1/18/08

My Cloverfield Review

It drank more than 6!

After 6 months of fake websites, unknown titles, and a mysterious monster that may or may not be Godzilla it comes time to actually view Cloverfield. I secured my midnight showing tickets and headed downtown to catch the event. It's hard to imagine any film living up the amount of hype that Cloverfield has received. However, I came out of the theater completely satisfied.

(Spoilers included, be warned)

J.J. Abrams (producer), Drew Goddard (writer), and Matt Reeves (director) teamed up to bring the Godzilla saga to the States. "Cloverfield" is a modern-day "Godzilla" built around underlying allegories just as the Japanese classic. The concept of Cloverfield was to modernize the classic monster-destroys-city genera and it succeeds with honors. While Godzilla had nuclear war, we are left to place the Cloverfield Monster into our society. The Monster itself can stand for a wide array of various issues. Or if you want it's just a big-ass monster destroying Manhattan.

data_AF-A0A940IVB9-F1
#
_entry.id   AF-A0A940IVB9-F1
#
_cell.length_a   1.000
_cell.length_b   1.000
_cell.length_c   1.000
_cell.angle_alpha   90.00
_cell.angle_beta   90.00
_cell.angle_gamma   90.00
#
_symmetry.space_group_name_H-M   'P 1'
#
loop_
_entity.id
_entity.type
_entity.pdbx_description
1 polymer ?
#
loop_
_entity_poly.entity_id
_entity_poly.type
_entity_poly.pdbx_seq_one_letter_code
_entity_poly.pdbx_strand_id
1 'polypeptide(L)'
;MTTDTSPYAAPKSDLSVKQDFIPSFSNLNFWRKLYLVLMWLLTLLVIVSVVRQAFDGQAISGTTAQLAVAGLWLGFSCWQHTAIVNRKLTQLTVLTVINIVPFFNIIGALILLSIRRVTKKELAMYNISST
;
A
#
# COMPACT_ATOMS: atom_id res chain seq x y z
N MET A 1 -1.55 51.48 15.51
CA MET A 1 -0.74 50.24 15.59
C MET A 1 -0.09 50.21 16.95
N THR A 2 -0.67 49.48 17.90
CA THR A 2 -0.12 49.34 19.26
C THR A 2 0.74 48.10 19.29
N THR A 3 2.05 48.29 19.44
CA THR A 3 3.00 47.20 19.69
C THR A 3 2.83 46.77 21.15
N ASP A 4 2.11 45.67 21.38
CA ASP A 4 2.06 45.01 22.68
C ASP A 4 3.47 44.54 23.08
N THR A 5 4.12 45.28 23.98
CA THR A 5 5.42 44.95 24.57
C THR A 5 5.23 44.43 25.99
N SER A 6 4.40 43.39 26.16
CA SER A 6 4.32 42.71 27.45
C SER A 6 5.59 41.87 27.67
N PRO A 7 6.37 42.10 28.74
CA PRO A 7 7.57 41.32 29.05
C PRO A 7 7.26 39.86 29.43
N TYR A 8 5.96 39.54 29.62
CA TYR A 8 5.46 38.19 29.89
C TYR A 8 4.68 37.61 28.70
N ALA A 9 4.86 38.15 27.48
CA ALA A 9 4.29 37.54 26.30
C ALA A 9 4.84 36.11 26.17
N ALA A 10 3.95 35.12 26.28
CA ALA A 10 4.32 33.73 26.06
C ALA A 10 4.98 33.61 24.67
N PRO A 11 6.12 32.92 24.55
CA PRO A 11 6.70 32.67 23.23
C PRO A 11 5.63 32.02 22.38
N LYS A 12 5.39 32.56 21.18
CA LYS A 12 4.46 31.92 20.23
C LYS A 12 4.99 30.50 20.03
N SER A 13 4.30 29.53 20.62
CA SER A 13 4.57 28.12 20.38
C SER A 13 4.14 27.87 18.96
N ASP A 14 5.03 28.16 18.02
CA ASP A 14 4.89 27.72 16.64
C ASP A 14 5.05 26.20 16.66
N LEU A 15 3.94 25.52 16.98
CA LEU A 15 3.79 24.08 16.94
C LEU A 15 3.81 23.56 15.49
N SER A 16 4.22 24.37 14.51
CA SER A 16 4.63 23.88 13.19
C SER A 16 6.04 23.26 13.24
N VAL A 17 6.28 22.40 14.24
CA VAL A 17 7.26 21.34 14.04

Technology is the tool Matt Reeves uses to bring Cloverfield to the modern audiences. The strength of the movie lies in that technology has updated the way people see the world. Reeves brazenly displays that fact for all of us to see and digest in unaltered bits of video. This new attitude toward recording events as they happen takes its style from the 9/11 attacks and more so the homemade footage of war torn Iraq. It's doesn't take much to imagine the more chaotic scenes from the movie being set in Baghdad.